In March 2011, a group of Southern and development partners endorsed the Cairo Consensus on Capacity Development, which states that “capacity development is strategic for the achievement of development results”. Departing from this, the statement below, aims at contributing to the current efforts to enhance results-based management by stressing the link to the underlying capacity that makes results sustainable. This statement has been endorsed by capacity development practitioners, through a consultative process organized by the Learning Network for Capacity Development (www.lencd.org).
- Sustainability of results matters: For decades, international cooperation focused on delivering tangible, short-term results – building schools, roads, health clinics etc. In far too many instances these results were not sustainable and did not have lasting impact because attention was not paid to strengthening the underlying broad capacities required to maintain and upscale services.
- Sustainable results of aid are premised on country capacity, ownership and partnership: To be effective for sustainable results aid and development cooperation must support country efforts rather than replace them, building on existing capacity and inclusive country ownership. In effective partnerships, all partners contribute to sustainable results, while being responsible for their own performance and jointly for the quality and effectiveness of the partnership.
- Results materialize at different levels, within different scopes and time-horizons – and they can be specified accordingly. Developing a policy for maternal health is a result at one level; strengthening the delivery capacity of the health system is a much higher level result, which requires longer-term investments. Results-orientation implies specifying the various levels of results, clarifying the corresponding reasonable expectations and time-scales of change.
- Capacity development is a critical part of the chain from short to longer-term sustainable results. Capacity development leads to visible, intermediate results, like stronger leadership for change. In the medium term, stronger capacity leads to enhanced performance in service delivery. Impact on people’s lives takes longer to materialize. Results at all these different levels can be identified and monitored.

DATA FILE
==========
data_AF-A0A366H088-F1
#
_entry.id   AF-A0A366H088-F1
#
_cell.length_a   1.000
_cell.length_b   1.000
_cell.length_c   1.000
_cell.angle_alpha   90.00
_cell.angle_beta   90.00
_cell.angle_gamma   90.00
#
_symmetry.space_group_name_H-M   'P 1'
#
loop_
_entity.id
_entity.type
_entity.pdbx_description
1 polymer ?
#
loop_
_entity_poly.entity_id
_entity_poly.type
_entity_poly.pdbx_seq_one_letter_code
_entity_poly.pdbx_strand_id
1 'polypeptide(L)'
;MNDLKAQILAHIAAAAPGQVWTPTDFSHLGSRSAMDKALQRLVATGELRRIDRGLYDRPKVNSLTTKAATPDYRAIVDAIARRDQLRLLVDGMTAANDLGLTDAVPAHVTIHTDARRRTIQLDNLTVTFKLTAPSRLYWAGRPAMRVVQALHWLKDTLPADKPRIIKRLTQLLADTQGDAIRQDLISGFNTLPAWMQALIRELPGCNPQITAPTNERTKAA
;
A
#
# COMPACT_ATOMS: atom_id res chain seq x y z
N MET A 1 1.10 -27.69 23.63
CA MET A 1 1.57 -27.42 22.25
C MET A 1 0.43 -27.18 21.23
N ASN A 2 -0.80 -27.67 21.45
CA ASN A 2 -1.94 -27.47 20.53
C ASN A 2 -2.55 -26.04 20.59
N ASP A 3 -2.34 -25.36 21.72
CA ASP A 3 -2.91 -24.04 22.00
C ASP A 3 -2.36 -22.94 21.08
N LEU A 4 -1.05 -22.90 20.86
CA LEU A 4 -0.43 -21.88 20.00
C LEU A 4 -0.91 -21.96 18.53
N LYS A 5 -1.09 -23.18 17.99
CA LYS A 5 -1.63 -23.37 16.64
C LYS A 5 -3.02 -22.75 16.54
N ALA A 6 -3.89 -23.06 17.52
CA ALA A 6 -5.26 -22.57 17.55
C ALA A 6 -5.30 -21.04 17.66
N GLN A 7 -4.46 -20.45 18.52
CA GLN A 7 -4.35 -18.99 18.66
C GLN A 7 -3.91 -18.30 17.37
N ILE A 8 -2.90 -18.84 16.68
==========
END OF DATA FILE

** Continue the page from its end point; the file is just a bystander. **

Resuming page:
- Managing for sustainable results requires flexibility and careful adaptation to the context. Results frameworks are most effective when they leave room for emergent capacity development, adaptation and flexibility. Capacity development is about change, and change processes are rarely linear and predictable, particularly in fragile situations.
- Results focus is critical for learning: Results-orientation in aid relationships often emphasize control more than feedback and learning. Capturing results from capacity development processes is foremost a means for feedback and learning about what works and in what circumstances, and so to improve understanding, practice – and results.
- Country leaders, managers and change agents are key for getting to results: Systems, frameworks and indicators can underpin results-based management, but cannot drive change. Balancing short and long term results realistically; and ensuring that services and capacities grow hand in hand depend, first and foremost, on the incentives, skills and values driving leaders, managers and change agents, in countries and development agencies. More attention is needed to these factors.
- Advancing results-focused capacity development is important for aid and development effectiveness. A global, nimble multi-partner facility should be established to provide resources for country level actors to advance results-focused capacity development, action research and peer-based learning.